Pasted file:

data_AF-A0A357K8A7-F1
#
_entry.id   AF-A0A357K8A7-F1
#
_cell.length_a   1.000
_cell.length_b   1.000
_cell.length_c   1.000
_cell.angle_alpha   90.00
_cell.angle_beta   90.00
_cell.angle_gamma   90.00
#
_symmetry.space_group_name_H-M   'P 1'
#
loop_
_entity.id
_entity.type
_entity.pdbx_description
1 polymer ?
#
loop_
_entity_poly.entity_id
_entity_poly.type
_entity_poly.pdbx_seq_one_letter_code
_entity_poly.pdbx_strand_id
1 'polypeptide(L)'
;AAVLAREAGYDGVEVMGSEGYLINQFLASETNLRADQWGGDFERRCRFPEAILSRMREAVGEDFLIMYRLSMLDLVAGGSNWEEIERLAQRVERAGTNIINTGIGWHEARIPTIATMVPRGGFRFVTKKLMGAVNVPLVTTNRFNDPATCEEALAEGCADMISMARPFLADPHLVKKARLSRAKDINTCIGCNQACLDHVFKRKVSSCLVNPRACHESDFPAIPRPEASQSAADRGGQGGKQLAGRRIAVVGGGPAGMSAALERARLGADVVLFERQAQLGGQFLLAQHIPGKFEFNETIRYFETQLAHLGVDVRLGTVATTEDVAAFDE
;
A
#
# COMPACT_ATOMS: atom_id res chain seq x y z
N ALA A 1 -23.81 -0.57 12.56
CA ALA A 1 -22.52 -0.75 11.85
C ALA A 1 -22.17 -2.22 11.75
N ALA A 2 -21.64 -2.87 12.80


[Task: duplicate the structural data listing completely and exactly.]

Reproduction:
data_AF-A0A357K8A7-F1
#
_entry.id   AF-A0A357K8A7-F1
#
_cell.length_a   1.000
_cell.length_b   1.000
_cell.length_c   1.000
_cell.angle_alpha   90.00
_cell.angle_beta   90.00
_cell.angle_gamma   90.00
#
_symmetry.space_group_name_H-M   'P 1'
#
loop_
_entity.id
_entity.type
_entity.pdbx_description
1 polymer ?
#
loop_
_entity_poly.entity_id
_entity_poly.type
_entity_poly.pdbx_seq_one_letter_code
_entity_poly.pdbx_strand_id
1 'polypeptide(L)'
;AAVLAREAGYDGVEVMGSEGYLINQFLASETNLRADQWGGDFERRCRFPEAILSRMREAVGEDFLIMYRLSMLDLVAGGSNWEEIERLAQRVERAGTNIINTGIGWHEARIPTIATMVPRGGFRFVTKKLMGAVNVPLVTTNRFNDPATCEEALAEGCADMISMARPFLADPHLVKKARLSRAKDINTCIGCNQACLDHVFKRKVSSCLVNPRACHESDFPAIPRPEASQSAADRGGQGGKQLAGRRIAVVGGGPAGMSAALERARLGADVVLFERQAQLGGQFLLAQHIPGKFEFNETIRYFETQLAHLGVDVRLGTVATTEDVAAFDE
;
A
#
# COMPACT_ATOMS: atom_id res chain seq x y z
N ALA A 1 -23.81 -0.57 12.56
CA ALA A 1 -22.52 -0.75 11.85
C ALA A 1 -22.17 -2.22 11.75
N ALA A 2 -21.64 -2.87 12.80